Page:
For the last seven weeks, I have been mulling over Warren Buffett’s Letter to Shareholders, which discusses Berkshire Hathaway’s 2017 performance, Buffett’s reflections on some of his decisions, and Buffett’s outlook on the market.
The letter opens with a comparison of Berkshire’s performance over the S&P 500 Index (with dividends included), and Berkshire barely outperformed the S&P 500 in 2017, gaining 21.9% versus 21.8%, respectively. But, what continues to amaze me is Berkshire’s long-term track record – delivering a 20.9% annual gain (compounded) from 1965-2017, compared to 9.9% for the S&P 500 over that same period. To make this real with actual dollars, if you invested $100 back in Berkshire Hathaway stock, and held it over that entire time, you would have just under $2.5 million dollars today. Simply amazing!
And what’s even more respectable is that each year, Warren offers us nuggets of wisdom, which bode well for investing and life.
Here are 10 of my favorite Buffett lines from this year’s letter, paired with my own reflections. While I have been holding out on sharing these for the last seven weeks, I have no doubt that these takeaways will help you in years to come:
1. “Our aversion to leverage has dampened our returns over the years. But Charlie and I sleep well. Both of us believe it is insane to risk what you have and need in order to obtain what you don’t need. We held this view 50 years ago when we each ran an investment partnership, funded by a few friends and relatives who trusted us. We also hold it today after a million or so “partners” have joined us at Berkshire.”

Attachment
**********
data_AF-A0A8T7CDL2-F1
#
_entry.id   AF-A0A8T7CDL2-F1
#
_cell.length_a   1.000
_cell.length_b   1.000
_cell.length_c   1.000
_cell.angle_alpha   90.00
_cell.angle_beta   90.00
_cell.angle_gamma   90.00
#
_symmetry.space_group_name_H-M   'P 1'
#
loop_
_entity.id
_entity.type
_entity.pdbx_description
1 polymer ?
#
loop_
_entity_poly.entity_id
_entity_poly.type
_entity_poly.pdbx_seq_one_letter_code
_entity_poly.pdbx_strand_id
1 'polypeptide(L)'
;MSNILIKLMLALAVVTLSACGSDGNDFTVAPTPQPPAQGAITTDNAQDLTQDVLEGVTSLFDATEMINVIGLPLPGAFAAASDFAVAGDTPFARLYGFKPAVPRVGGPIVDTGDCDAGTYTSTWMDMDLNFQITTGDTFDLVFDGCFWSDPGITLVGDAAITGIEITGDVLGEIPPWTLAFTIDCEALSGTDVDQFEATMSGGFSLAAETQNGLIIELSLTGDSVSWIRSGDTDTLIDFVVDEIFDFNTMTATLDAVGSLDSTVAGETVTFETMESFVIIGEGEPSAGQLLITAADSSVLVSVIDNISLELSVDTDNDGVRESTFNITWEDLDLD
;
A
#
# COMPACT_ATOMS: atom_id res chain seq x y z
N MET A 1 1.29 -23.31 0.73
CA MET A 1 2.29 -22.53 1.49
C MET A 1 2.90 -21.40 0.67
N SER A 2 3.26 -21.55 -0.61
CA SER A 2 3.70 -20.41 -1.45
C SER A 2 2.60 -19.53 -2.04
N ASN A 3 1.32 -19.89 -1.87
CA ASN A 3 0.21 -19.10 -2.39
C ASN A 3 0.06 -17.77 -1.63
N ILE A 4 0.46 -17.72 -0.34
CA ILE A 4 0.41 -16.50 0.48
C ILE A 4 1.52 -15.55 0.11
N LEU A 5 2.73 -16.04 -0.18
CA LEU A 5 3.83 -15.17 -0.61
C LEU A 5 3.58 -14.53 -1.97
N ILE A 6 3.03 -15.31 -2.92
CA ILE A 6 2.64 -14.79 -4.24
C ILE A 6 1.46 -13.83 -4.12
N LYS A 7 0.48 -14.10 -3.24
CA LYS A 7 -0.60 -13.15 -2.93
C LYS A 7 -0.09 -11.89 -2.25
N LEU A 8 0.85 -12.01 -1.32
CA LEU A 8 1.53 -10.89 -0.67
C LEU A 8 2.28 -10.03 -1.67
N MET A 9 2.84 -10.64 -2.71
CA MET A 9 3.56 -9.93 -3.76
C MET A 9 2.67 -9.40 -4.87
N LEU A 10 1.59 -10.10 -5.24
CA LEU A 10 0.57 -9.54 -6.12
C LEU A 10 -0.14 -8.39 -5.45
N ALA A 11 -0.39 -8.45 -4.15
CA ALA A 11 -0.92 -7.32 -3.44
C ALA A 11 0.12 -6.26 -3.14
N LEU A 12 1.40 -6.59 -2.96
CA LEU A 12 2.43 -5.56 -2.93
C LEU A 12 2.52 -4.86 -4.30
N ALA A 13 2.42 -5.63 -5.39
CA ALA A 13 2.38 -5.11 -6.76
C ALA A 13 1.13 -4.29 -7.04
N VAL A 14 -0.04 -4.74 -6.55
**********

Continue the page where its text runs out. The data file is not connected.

Buffett’s “leverage” is what the layperson calls “debt.” He hammers home the point of not utilizing debt to buy things that you don’t need, as well as the benefit you receive by minimizing anxiety. Truth.
2. “The less the prudence with which others conduct their affairs, the greater the prudence with which we must conduct our own.”
You must be one step ahead of the next person, and be extra diligent in your independence.
3. “Betting on people can sometimes be more certain than betting on physical assets.”
Simple put, investing in people can often be the best investment you can make. When someone bets on you, what kind of return do you provide?
4. “Charlie and I never will operate Berkshire in a manner that depends on the kindness of strangers – or even that of friends who may be facing liquidity problems of their own."
If you relate this to your personal financial life, stay away from borrowing money from organizations or people that are not in the best position to help you.
5. “What counts are brains and capital. The managers of our various insurance companies supply the brains and Berkshire provides the capital."
“Brains” by itself are insufficient to get the intended results, but when you combine it with the appropriate capital, you give yourself (and/or your business) a chance to grow. I would argue that “good luck and blessings” are necessary as well.